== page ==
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8 of the most memorable drives in the West

Our reporter drove all 469 miles of the Blue Ridge Parkway, which runs through Virginia and North Carolina.

In national parks throughout the West, rangers and traffic engineers work long hours to nudge travelers out of their cars and onto trails — or at least onto shuttle buses and other less polluting alternatives. But the dramatic roads that the National Park Service carved out in the early 20th century aren’t going away.

Here are eight of the most memorable national park roads I’ve driven west of the Mississippi. Many close in winter.

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Tioga Road

Yosemite National Park, Calif.

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The shadow of a photographer is cast on a boulder at Olmsted Point in the high country off Tioga Road in Yosemite National Park.
The shadow of a photographer is cast on a boulder at Olmsted Point in the high country off Tioga Road in Yosemite National Park.
(Mark Boster / Los Angeles Times )

This seasonal route connects the Owens Valley to the Sierra. Tioga Road runs 59 miles from its eastern terminus at U.S. 395 in Lee Vining (near Mono Lake) to its intersection with Big Oak Flat Road at Crane Flat. From there, most people take Big Oak Flat Road 16 more miles to Yosemite Valley.

Views include Tuolumne Meadows, Olmsted Point and Tenaya Lake. Road usually opens in May or June and closes in November.

Conzelman Road

Golden Gate National Recreation Area, Calif.

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Dusk settles along the Marin Headlands and the Point Bonita Lighthouse in the Golden Gate National Recreation Area.
Dusk settles along the Marin Headlands and the Point Bonita Lighthouse in the Golden Gate National Recreation Area.
(Brian van der Brug / Los Angeles Times )

This five-mile, year-round road (also popular with bicyclists) climbs into the Marin Headlands and looks down on the Golden Gate Bridge, with San Francisco beyond  it.

Near its end is the Point Bonita Lighthouse and more views to the north.

Going-to-the-Sun Road

Glacier National Park, Mont.

Going-to-the-Sun Road in Glacier National Park was designed to blend into its mountain setting.
Going-to-the-Sun Road in Glacier National Park was designed to blend into its mountain setting.
(NPS / Tim Rains )

This seasonal 50-mile road connects the park’s east and west entrances through Logan Pass. It offers epic mountain, valley and lake views.

It was completed in 1933, but it’s been under major rehabilitation since 2007. It typically remains open May to September, depending on weather.

Trail Ridge Road

Rocky Mountain National Park, Colo.

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Trail Ridge Road reaches elevations of more than 12,000 feet in Rocky Mountain National Park.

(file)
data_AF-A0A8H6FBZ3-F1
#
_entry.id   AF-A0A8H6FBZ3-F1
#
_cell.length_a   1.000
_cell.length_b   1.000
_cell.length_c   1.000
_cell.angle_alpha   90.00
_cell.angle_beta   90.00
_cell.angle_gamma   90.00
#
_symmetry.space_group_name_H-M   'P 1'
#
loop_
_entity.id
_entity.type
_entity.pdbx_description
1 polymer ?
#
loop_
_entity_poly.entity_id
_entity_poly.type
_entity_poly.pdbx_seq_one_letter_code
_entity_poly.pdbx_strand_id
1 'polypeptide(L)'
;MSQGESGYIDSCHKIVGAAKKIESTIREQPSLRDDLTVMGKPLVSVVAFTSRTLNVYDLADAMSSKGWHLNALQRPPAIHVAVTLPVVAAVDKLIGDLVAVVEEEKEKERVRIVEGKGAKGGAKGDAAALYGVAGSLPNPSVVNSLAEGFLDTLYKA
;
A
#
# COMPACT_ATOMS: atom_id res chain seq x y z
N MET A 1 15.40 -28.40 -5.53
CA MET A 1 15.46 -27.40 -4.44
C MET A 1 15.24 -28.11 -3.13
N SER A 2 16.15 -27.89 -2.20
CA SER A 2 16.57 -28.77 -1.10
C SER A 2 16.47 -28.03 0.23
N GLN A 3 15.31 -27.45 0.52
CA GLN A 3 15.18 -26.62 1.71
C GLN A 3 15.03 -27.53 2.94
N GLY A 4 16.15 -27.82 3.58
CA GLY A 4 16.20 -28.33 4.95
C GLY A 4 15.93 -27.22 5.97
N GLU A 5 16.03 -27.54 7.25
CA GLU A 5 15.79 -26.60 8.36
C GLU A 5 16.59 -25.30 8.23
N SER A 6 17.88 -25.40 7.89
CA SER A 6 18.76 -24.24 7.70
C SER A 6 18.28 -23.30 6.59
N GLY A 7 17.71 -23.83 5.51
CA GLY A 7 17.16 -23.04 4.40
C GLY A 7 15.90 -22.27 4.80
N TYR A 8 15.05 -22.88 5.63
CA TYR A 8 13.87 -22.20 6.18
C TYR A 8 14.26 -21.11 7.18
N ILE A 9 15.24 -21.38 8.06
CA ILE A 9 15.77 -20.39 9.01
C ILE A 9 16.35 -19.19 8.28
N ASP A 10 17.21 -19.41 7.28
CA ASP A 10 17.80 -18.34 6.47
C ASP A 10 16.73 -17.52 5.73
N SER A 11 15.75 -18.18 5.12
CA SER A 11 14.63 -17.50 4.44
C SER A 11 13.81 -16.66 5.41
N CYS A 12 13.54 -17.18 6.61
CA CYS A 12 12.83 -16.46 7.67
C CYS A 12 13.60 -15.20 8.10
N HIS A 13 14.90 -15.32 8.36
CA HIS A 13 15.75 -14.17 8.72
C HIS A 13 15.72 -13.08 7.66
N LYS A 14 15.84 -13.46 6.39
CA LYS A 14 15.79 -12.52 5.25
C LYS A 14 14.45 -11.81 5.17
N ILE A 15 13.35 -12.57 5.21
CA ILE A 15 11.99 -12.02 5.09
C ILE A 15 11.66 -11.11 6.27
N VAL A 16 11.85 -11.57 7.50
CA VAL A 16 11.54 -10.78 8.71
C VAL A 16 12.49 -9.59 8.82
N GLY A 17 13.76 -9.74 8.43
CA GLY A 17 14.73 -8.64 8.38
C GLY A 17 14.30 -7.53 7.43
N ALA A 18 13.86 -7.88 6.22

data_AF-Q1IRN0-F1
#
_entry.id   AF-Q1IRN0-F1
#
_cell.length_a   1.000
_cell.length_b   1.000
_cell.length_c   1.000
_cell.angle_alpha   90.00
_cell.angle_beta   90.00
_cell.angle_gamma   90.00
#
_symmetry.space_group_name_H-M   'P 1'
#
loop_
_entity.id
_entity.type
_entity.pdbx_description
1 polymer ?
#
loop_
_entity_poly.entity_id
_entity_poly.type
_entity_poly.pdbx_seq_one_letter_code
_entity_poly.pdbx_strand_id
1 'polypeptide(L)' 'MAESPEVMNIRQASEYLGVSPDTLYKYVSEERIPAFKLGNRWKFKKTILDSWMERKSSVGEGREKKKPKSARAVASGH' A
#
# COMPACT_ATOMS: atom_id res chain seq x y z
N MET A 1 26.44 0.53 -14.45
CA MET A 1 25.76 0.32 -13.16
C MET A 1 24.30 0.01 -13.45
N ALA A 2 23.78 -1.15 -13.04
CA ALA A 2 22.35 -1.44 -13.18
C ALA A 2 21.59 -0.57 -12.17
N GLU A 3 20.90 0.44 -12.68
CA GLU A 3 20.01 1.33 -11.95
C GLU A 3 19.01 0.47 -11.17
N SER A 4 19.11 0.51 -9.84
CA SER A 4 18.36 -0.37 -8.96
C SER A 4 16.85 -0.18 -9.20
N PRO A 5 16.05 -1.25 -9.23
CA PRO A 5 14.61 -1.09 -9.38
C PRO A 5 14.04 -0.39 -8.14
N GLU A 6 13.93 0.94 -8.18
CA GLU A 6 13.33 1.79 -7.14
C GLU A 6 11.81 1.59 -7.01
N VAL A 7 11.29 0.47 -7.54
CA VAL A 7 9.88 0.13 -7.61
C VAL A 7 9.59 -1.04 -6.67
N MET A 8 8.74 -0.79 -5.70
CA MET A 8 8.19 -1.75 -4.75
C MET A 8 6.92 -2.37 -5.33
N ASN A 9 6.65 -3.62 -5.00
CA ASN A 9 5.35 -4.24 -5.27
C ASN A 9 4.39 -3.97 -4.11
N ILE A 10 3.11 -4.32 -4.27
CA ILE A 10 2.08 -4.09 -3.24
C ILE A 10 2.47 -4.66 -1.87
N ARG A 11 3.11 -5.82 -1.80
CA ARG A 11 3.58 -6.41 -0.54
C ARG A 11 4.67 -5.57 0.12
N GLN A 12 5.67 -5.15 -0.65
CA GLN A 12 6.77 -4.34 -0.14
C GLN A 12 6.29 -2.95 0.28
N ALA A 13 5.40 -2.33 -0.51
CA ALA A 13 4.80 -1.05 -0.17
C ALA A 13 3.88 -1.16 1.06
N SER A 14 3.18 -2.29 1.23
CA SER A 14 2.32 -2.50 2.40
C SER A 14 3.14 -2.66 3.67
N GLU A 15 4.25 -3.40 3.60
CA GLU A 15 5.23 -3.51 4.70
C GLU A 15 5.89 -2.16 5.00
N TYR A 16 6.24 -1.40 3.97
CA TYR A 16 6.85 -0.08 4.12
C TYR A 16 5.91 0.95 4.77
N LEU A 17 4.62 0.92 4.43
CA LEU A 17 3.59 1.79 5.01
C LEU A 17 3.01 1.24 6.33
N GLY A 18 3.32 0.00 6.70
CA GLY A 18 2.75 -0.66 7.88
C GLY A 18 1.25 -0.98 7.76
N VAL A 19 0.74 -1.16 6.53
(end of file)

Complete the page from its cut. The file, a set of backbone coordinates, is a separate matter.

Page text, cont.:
Trail Ridge Road reaches elevations of more than 12,000 feet in Rocky Mountain National Park.
(National Park Service )

This 48-mile seasonal road connects the park’s western entrance at Grand Lake to its eastern entrance in Estes Park.

It crosses the Continental Divide at Milner Pass and reaches 12,183 feet near Fall River Pass.  Typically open to vehicles from Memorial Day through Columbus Day.

Rim Drive

Crater Lake National Park, Ore.

A view of Wizard Island from Discovery Point along Rim Drive in Crater Lake National Park.
A view of Wizard Island from Discovery Point along Rim Drive in Crater Lake National Park.
(Mark Boster / Los Angeles Times )

This 33-mile summer-only road circles the Crater Lake caldera, offering many deep blue views.

Titus Canyon Road

Death Valley National Park, California and Nevada

On the dirt road to Titus Canyon, Mark Buche takes a moment to take in a desert view in Death Valley National Park.
On the dirt road to Titus Canyon, Mark Buche takes a moment to take in a desert view in Death Valley National Park.
(Don Kelsen / Los Angeles Times )
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This 24-mile, one-way gravel road begins just across the Nevada state line, twists and turns through steep canyons. The most rugged ride on this list.

Grand Loop Road

Yellowstone National Park, Mont. (The park also includes bits of Wyoming and Idaho, but this road is in Montana.)

Bison roam  in the Hayden Valley of Yellowstone National Park. The herds frequently graze near roads, stopping traffic while visitors snap photos.
Bison roam in the Hayden Valley of Yellowstone National Park. The herds frequently graze near roads, stopping traffic while visitors snap photos.
(Mark Boster / Los Angeles Times )

The roads at the heart of Yellowstone make a figure 8.  

My favorite stretch is part of the lower loop: the 16 miles north of Yellowstone Lake and south of Canyon Village. There the road, which closes in winter, winds through Hayden Valley, overlooking the Yellowstone River and treeless lowlands that make for wide panoramas and prime wildlife viewing.

Newton B. Drury Scenic Parkway

Redwood National and State Parks, Calif.

Newton B. Drury Scenic Parkway is a 10-mile detour among towering redwoods in Northern California.
Newton B. Drury Scenic Parkway is a 10-mile detour among towering redwoods in Northern California.
(National Park Service )

It’s not as famous or as long as the 32-mile Avenue of the Giants farther south in Humboldt Redwoods State Park, but this 10-mile detour off U.S. 101, about six miles north of Orick, threads its way among towering redwoods without signage or commercial traffic. It’s a revelation even if it’s raining or foggy, which is often.

chris.reynolds@latimes.com

Twitter: @mrcsreynolds

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